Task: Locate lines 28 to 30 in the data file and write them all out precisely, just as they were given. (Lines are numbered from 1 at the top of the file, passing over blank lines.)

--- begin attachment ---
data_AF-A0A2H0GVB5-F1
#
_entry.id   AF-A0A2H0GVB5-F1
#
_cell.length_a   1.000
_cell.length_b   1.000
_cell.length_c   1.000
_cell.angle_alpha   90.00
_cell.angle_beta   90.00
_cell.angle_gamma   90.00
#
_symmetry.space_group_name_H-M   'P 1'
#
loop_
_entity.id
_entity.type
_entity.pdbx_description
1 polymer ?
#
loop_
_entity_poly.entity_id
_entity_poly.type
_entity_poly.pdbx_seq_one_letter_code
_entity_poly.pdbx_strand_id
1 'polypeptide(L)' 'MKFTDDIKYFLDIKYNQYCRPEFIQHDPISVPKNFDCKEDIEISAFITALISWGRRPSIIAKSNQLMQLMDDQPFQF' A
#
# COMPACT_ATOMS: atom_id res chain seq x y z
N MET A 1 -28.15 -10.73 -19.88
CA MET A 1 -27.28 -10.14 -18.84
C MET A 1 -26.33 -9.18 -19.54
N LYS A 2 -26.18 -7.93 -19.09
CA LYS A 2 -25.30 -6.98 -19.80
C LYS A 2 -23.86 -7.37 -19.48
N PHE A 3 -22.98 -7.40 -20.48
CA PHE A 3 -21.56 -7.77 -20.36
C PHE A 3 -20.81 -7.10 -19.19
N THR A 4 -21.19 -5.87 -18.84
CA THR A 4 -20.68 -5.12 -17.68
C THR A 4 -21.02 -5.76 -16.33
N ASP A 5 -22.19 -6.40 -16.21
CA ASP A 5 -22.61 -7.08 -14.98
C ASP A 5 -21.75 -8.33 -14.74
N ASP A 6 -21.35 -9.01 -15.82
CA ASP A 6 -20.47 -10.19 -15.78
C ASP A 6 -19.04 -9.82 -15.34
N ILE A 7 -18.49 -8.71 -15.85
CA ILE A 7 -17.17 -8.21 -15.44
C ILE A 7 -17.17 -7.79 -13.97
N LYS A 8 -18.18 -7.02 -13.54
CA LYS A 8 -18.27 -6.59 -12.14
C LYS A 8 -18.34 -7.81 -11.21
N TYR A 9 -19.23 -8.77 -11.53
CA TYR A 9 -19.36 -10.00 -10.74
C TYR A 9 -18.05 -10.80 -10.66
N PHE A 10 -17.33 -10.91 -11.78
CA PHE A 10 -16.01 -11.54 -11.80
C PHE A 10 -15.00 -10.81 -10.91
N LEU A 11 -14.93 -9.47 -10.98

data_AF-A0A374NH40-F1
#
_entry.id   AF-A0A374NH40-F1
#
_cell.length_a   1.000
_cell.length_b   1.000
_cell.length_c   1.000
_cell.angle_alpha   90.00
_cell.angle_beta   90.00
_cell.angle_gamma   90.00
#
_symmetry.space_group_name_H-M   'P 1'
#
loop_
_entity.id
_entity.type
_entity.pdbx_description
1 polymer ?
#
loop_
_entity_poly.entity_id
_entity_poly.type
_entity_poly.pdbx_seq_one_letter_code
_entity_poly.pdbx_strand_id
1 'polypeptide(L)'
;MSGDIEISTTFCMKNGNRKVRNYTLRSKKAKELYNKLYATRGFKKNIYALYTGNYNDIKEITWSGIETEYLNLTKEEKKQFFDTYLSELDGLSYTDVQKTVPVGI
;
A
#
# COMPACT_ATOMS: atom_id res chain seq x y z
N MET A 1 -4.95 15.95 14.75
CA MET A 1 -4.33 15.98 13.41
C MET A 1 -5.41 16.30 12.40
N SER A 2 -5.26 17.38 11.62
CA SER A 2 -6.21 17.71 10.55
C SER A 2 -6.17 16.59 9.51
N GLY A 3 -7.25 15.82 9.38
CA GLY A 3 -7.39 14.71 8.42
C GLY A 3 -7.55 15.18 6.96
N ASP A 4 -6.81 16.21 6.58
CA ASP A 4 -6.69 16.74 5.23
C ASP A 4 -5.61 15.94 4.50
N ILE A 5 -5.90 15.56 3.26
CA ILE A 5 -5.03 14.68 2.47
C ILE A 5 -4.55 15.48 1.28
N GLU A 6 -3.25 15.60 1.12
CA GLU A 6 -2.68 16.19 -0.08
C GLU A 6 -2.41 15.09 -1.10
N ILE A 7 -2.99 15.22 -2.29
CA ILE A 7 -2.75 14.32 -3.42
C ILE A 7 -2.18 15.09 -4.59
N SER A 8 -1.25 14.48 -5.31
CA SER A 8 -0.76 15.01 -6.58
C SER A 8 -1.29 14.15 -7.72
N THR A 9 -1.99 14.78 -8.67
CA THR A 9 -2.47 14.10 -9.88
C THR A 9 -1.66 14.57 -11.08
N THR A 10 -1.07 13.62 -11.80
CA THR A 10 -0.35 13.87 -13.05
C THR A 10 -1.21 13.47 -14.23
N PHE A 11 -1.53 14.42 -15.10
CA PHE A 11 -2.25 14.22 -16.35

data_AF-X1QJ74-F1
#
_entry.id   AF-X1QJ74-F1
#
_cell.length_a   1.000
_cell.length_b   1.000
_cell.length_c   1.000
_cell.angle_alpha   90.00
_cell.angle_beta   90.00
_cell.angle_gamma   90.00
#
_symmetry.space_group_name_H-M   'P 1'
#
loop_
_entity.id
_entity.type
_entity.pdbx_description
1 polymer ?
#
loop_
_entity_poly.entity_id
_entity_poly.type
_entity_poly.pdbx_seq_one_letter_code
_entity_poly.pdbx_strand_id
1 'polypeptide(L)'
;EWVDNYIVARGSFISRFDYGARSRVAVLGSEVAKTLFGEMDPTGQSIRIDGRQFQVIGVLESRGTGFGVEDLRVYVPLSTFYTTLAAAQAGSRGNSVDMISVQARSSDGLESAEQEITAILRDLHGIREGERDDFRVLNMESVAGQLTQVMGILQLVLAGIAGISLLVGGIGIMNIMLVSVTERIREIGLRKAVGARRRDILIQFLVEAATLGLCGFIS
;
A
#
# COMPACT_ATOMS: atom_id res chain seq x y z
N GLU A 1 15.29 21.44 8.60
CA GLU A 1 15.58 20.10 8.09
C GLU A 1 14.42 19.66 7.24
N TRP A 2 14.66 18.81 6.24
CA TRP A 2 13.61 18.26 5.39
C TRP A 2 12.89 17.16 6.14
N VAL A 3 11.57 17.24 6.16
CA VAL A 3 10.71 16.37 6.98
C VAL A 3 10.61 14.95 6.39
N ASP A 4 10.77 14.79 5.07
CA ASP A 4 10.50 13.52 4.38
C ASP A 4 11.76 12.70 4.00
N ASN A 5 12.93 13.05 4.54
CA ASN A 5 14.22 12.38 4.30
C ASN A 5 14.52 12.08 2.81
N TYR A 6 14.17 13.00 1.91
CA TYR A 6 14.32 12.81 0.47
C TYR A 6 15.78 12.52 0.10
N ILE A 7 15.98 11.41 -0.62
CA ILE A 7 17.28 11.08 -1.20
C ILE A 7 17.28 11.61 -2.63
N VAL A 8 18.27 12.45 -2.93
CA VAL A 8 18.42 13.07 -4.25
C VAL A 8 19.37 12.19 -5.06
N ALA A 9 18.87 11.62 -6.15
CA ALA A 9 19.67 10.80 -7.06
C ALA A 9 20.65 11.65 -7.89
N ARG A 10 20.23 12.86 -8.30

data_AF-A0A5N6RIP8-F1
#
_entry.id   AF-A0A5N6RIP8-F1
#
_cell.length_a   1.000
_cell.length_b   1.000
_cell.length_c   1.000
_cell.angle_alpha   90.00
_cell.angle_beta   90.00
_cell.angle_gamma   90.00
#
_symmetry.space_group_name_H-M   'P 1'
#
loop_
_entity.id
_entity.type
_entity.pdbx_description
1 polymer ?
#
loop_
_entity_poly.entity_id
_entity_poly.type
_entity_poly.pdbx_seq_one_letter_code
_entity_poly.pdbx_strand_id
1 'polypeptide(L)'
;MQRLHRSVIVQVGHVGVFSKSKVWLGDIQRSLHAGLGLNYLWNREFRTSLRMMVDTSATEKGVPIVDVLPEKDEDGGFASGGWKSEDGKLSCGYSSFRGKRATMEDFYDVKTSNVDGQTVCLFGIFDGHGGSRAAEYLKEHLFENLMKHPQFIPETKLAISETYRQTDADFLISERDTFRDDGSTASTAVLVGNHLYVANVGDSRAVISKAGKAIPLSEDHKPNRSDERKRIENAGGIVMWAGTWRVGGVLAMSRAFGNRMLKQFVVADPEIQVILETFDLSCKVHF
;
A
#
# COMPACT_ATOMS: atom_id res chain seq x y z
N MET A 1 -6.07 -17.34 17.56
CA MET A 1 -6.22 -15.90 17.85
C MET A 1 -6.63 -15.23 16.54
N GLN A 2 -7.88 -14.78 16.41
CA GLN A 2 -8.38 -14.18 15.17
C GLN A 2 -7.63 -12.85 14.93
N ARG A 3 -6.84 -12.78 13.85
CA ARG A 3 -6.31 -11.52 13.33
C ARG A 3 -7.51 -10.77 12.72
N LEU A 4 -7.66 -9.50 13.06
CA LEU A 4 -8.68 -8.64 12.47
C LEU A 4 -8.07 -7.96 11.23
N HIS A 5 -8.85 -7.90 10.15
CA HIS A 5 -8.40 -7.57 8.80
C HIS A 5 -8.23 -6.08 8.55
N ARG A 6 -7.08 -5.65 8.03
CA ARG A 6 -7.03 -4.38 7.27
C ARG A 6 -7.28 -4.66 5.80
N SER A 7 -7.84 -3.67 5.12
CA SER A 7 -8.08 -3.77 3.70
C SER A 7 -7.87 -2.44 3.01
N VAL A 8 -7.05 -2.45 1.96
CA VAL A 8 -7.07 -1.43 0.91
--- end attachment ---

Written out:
N MET A 1 -28.15 -10.73 -19.88
CA MET A 1 -27.28 -10.14 -18.84
C MET A 1 -26.33 -9.18 -19.54